The Book of Will
I am not an avid playgoer. However, since coming to Davidson, I have had more access to attending these events. Though I have little expertise in the area, I will share my thoughts on The Book of Will as a new patron of the arts.
For context, The Book of Will is a play written by Lauren Gunderson and directed by Ann Marie Costa. It takes place shortly after William Shakespeare’s death and tells of how his friends preserved his work. After losing many of the play manuscripts in a fire, the characters rallied together to rewrite them as authentically as they could. By gathering individual character scripts, they were able to compile thirty-six complete plays. They then competed to obtain the rights to print and publish Shakespeare’s plays. Ultimately, the characters were successful in protecting Shakespeare’s legacy.
The actor playing John Heminges seemed to have more chemistry with his daughter than his wife. Besides the endearment “Daddy”, there was very little to indicate a paternal relationship. Though the feelings were not apparent while his wife was alive, they were revealed after her death. Henry and John beautifully executed the scene of mourning, exploring loss, love, and purpose. I felt uncomfortable in my seat, intruding on such a personal moment.
The female characters were, unfortunately, underdeveloped. Though women had little influence in the Elizabethan Era, they were crucial to Shakespeare’s plots. His female characters moved the play along, changing the story or furthering it. John Heminges’s wife said, “Not everyone doing good work gets applause.” This speaks true to the women of the Elizabethan Era and the numerous women in the play. The women, as characters and actresses, were underappreciated. I think he would have been disappointed with the production’s women, whom supposedly were in his life, playing such trivial roles.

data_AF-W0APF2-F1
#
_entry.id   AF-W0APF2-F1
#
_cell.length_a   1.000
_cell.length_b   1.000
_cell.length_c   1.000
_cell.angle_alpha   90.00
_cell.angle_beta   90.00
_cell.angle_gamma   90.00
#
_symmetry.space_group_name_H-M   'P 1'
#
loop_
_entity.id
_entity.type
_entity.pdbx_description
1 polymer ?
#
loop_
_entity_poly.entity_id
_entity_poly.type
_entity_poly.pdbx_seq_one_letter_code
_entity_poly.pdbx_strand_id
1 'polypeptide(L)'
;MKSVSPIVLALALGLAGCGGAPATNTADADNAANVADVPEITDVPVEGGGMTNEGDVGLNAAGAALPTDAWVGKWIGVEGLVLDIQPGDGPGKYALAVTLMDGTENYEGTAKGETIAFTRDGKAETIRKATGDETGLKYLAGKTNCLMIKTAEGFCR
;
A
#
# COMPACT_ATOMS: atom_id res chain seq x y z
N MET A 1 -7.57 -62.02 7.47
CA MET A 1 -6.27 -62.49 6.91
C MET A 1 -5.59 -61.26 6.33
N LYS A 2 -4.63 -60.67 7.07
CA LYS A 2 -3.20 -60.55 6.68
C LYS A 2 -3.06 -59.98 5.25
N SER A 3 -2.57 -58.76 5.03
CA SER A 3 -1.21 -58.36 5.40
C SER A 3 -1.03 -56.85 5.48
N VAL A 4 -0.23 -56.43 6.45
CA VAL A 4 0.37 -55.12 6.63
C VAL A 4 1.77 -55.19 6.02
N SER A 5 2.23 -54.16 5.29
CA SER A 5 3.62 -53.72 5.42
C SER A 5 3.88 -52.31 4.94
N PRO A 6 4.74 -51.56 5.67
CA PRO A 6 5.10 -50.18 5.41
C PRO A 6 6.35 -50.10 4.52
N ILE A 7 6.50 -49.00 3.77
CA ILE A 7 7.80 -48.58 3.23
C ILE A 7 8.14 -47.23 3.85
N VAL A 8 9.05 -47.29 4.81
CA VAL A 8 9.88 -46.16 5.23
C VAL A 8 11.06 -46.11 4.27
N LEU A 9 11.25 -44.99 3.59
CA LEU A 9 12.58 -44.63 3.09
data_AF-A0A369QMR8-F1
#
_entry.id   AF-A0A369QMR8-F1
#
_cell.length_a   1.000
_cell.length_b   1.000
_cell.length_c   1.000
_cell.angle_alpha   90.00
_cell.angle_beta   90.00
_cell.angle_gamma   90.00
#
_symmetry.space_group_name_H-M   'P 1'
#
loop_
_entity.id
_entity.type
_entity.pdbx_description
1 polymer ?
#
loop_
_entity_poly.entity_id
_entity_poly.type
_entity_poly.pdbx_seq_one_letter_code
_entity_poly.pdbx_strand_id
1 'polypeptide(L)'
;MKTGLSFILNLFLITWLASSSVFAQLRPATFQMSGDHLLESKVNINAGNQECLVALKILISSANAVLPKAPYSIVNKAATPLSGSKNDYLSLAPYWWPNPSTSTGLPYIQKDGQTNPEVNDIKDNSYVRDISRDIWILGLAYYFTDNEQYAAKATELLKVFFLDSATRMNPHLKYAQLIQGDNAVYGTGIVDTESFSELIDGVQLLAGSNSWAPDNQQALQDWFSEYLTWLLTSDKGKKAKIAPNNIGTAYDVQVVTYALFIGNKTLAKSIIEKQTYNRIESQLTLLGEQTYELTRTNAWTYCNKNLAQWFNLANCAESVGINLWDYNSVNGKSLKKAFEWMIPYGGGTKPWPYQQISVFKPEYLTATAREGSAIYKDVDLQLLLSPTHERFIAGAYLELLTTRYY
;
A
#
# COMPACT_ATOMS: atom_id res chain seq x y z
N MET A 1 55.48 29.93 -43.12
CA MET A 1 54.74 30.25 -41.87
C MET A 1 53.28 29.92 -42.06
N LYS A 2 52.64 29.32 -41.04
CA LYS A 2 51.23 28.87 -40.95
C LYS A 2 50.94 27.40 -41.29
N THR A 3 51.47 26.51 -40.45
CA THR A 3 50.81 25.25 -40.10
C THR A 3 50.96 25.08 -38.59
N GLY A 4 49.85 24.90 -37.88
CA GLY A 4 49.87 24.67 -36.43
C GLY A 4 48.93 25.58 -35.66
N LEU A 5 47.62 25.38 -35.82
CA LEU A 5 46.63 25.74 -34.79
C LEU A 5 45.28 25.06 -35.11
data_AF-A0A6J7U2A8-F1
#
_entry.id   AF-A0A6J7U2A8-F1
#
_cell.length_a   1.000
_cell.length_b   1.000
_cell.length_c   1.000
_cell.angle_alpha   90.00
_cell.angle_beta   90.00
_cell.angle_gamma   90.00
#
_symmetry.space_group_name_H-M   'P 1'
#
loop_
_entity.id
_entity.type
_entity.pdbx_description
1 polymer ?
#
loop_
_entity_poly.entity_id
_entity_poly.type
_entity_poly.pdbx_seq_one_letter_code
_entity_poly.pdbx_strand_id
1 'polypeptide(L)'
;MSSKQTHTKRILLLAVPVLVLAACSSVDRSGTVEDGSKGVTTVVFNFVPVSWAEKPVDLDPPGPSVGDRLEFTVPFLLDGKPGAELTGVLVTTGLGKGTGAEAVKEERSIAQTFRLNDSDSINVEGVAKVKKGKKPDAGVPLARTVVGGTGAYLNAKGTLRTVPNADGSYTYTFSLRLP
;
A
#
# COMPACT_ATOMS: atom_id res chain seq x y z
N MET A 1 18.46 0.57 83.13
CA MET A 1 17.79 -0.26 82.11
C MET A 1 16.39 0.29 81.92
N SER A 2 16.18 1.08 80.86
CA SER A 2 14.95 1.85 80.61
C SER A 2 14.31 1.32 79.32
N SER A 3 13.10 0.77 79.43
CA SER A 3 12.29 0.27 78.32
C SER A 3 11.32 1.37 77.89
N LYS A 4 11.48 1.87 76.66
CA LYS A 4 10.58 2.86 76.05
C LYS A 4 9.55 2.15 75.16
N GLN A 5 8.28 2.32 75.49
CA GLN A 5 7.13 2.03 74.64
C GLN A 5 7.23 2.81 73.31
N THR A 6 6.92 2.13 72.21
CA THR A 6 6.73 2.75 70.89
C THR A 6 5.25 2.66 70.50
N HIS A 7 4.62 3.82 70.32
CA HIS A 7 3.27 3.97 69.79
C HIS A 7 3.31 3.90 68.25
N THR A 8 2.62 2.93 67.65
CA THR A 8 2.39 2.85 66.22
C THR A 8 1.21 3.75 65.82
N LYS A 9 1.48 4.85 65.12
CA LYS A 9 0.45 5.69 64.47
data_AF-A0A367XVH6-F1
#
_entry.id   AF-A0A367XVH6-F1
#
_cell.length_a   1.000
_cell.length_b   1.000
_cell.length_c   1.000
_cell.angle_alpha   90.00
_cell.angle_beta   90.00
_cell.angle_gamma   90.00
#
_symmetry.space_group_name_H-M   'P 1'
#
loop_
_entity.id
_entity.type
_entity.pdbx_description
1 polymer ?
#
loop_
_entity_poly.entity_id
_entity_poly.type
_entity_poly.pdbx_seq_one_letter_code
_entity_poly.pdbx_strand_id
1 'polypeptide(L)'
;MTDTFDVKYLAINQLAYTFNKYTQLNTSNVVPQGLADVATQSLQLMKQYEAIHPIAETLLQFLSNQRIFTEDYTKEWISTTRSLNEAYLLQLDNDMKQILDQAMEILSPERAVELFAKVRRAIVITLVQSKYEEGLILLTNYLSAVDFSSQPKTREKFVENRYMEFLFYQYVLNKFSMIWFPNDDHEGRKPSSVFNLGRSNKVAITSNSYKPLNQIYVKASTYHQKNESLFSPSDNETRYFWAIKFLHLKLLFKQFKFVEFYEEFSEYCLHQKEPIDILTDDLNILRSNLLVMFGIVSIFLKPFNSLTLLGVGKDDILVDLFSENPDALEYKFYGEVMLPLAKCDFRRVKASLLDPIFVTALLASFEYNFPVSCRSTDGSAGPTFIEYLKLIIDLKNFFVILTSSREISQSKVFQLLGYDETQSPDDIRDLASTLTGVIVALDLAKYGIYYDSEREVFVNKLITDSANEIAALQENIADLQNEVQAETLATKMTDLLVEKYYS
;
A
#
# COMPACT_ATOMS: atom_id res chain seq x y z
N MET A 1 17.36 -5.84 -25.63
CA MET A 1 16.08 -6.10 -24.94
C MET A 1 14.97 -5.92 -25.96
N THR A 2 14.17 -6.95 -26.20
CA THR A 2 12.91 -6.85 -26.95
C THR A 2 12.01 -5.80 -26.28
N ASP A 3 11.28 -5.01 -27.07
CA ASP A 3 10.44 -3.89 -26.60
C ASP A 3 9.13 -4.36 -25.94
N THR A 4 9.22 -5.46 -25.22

Transitioning between scenes was smoothly accomplished by the actors. While entering and exiting the stage, their character held hold. Even when coming into the audience, they did not break character. However, the transition music impeded the actors from captivating the audience. The techno music was simply the wrong choice. After every scene, the audience had to actively reengage.
Though the production has some aspects to improve upon, the play was well received by the audience. Overall, the cast did a very well developing the story and engaging the audience. With minor changes to the script and design elements, the play would drastically improve.